Luckily, there are a few things you can do to save some time while still giving your team the attention that they need. From time management hacks to automation processes, let’s take a look at a few of the things you should consider if you’re struggling to balance being a leader and maintaining your own schedule.

 

“Until we can manage time, we can manage nothing else.” -Peter Drucker

 

1. Schedule Your Time

If you struggle to get anything done because your team comes to you for help at all hours of the work day, that may be causing major problems. While you want your team to feel comfortable asking you for questions or help, being available throughout the entire day can encourage them to come into your office when they don’t really need help.

Take some time to schedule your day and share it with your team. If you have certain blocks of time that you’d like to focus on your own projects, let them know you’re only to be disturbed for emergencies or if there isn’t anyone else that can help with that issue. That time is to be used for your own work and duties.

While you should schedule time for your work, you should also schedule some open availability with your team. Let them know when you’re free to chat, discuss minor details of a project or when your office door is open to them. If that time doesn’t work for them or they need to discuss something important, put time in your schedule to help them.

“Either you run the day or the day runs you.” -Jim Rohn

2. Use Automation Tools

31 Forgiveness Quotes to Inspire Us to Let It Go

Let It Go

Learning to say I am sorry is more difficult for some of us than others. I’ve learned that the art of the apology is not as straightforward as you would think.

On the other side of the apology is the forgiver. That can be just as difficult to master. Truly forgiving isn’t just uttering a few words and moving on. We often hold on to the events, the past, the words long into the future. And they drag us down.

One of a leader’s most powerful attributes is the ability to forgive. Forgiveness can be a powerful opportunity for reconnection both with the offender and with ourselves. Learning to forgive can help a person move forward in life rather than becoming a roadblock to success.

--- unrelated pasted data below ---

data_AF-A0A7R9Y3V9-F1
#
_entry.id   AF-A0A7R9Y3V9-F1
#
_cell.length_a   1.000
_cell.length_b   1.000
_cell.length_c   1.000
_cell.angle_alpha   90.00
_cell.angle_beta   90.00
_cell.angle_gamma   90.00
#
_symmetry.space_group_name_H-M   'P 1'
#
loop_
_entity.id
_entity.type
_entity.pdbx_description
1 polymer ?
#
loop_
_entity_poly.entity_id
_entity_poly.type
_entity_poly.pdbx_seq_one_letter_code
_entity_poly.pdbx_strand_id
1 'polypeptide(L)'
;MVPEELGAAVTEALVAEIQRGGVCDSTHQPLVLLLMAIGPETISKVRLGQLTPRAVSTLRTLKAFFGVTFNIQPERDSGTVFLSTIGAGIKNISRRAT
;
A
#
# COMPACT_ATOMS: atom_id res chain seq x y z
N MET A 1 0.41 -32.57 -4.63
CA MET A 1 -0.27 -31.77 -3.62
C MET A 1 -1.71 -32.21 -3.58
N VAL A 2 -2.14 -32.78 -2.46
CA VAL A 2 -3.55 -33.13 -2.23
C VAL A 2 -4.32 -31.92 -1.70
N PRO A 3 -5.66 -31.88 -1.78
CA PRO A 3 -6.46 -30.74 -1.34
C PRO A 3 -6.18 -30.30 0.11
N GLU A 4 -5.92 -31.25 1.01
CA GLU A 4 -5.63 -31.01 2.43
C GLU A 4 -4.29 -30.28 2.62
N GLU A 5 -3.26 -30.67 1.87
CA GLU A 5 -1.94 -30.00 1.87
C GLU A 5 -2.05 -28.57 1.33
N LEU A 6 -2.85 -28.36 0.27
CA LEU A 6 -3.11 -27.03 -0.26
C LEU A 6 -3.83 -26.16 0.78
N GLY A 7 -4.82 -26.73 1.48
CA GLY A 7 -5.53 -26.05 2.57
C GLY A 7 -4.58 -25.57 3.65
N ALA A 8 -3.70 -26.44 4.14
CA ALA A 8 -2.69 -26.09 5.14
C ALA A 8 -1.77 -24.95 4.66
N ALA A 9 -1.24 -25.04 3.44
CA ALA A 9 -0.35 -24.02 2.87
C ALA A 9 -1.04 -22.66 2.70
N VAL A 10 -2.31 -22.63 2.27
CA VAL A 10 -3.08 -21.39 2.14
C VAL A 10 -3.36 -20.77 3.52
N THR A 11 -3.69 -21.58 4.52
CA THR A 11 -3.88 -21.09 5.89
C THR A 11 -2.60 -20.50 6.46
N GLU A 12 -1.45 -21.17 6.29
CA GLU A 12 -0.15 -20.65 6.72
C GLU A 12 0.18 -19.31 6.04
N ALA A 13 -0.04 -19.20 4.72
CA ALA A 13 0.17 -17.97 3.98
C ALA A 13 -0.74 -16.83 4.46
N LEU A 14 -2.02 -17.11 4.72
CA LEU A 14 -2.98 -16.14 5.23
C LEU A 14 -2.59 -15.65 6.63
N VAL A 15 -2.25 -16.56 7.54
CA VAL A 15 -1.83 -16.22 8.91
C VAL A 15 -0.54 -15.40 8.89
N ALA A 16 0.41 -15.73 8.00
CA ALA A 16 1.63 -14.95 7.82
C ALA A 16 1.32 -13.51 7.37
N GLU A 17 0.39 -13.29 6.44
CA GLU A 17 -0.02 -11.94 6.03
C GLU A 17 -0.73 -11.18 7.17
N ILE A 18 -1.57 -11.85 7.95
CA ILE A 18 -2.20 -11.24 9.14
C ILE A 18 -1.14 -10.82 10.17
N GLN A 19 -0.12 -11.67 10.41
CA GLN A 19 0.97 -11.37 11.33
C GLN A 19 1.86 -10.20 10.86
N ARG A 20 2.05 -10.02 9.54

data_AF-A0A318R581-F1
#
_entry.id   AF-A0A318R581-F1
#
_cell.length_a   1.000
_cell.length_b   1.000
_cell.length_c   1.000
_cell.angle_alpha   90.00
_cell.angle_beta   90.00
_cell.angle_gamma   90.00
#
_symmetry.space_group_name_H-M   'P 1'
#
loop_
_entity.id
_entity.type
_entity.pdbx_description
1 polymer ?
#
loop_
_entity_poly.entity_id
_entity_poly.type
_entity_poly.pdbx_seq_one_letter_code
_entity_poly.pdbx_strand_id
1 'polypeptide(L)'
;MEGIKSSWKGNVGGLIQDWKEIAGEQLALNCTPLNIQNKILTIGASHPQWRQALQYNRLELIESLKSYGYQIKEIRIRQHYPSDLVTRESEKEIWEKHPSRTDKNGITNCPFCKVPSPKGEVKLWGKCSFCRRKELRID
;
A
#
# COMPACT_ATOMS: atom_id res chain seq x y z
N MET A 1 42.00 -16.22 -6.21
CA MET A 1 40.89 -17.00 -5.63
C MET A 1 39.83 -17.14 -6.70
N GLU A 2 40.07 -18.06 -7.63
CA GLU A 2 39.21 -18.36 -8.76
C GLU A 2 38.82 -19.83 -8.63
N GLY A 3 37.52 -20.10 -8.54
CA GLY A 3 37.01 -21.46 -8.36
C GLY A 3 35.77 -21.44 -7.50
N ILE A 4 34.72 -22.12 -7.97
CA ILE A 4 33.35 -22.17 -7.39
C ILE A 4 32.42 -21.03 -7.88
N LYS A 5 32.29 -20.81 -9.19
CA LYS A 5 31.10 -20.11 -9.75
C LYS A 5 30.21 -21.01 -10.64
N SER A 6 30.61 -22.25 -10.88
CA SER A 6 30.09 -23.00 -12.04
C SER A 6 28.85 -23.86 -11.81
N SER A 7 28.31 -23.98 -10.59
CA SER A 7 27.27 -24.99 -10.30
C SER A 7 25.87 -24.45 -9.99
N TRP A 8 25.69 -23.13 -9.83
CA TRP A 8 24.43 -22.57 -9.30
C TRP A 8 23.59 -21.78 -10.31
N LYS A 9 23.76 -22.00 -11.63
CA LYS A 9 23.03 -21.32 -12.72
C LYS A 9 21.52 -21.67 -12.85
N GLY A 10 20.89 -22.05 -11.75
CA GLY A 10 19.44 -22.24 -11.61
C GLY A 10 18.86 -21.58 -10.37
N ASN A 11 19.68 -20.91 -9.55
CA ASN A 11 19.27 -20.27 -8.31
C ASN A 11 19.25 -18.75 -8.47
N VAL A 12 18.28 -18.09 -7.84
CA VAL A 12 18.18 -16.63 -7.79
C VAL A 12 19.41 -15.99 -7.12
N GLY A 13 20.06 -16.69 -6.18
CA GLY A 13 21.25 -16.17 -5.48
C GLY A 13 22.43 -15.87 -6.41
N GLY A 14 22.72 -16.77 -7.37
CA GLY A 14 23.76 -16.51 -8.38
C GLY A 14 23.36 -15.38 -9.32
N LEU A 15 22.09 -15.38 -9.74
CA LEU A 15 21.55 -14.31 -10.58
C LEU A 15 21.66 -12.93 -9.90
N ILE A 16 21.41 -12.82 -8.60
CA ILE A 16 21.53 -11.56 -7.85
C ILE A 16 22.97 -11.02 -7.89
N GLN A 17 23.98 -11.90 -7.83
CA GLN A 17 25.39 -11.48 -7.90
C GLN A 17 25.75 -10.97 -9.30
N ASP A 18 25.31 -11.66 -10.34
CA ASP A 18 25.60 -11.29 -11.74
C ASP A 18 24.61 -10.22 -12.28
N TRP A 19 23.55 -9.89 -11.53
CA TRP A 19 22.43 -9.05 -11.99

Here are a few quotes on forgiveness to inspire you:

 

Forgiveness Quotes

“The weak can never forgive. Forgiveness is the attribute of the strong.” –Mahatma Gandhi

 

“Forgiving what we cannot forgive creates a new way to remember. We change the memory of our past into a hope for our future.” –Lewis Smedes

 

“When a deep injury is done to us, we never heal until we forgive.” –Nelson Mandela

 

“To err is human; to forgive, divine.” –Alexander Pope

 

“Forgiveness is the key to action and freedom.” –Hannah Arendt

Become a Master Coach

Unlock the Talent in Your Team

When I think about a great leader, I inevitably think about someone who is a great coach, understanding my weaknesses, but helping me play to my strengths. From John Wooden to my favorite manager, a coach is someone who unlocks talent.

Gregg Thompson wants to help leaders throughout organizations become great coaches. THE MASTER COACH:  Leading with Character, Building Connections, and Engaging in Extraordinary Conversations is his new book, written to help make coaching the part of your culture. He’s the President of Bluepoint Leadership Development and has coached senior leaders in many Fortune 100 companies. I recently talked with Gregg about becoming a master coach.

 

Share with us the Gregg Thompson definition of a master coach.

A Master Coach is someone who, through their conversations, helps others accelerate their learning and increase their performance. The Master Coach is not an advisor but, rather, a catalyst for sustained personal change in individuals. The Master Coach is a positive and creative force that challenges the person being coached to move from intention to action and holds the person accountable to do that. The Master Coach has highly-tuned interpersonal skills but is much more recognizable by who they are rather than what they do. They are men and women of exceptional integrity, sincere humility, noble intention, and a high degree of emotional intelligence. They take people into uncharted territories, challenge them to consider new perspectives, and help them plot significantly more fruitful paths forward.

 

“The Master Coach is a catalyst for sustained personal change in individuals.” -Gregg Thompson

 

Become a Great Coach

What do people get wrong when they think of a great coach?

People often think of the great coach as someone with the expertise and experience to provide great advice and sage wisdom. While occasionally coaches will have valuable perspectives and insights to share with those they coach, this is not their prime role. Their prime role is to help others find their best answers, solutions, and action plans. Some people also make the assumption that a coach is a counselor. Coaching and counseling, both powerful processes that can help to improve lives, are deeply different. Coaching is dedicating time and attention to help the person being coached to be the best version of themselves going forward while counseling usually involves resolving past difficulties and issues.

 

“The primary role of a coach is to help others find their best answers, solutions, and action plans.” -Gregg Thompson

 

What’s the difference between a coach and a mentor? 

A mentor can function in a coach-like manner, but their role is more of a career advisor than a coach. The mentor is usually someone with deep knowledge and expertise in a particular field and uses this to help more junior individuals accelerate their development and career growth.  Coaching, on the other hand, requires no expertise in the discipline of the person being coached. In short, anyone can coach anyone.

 

“Leadership happens one conversation at a time.” -Gregg Thompson

 

7 Characteristics of a Coaching Culture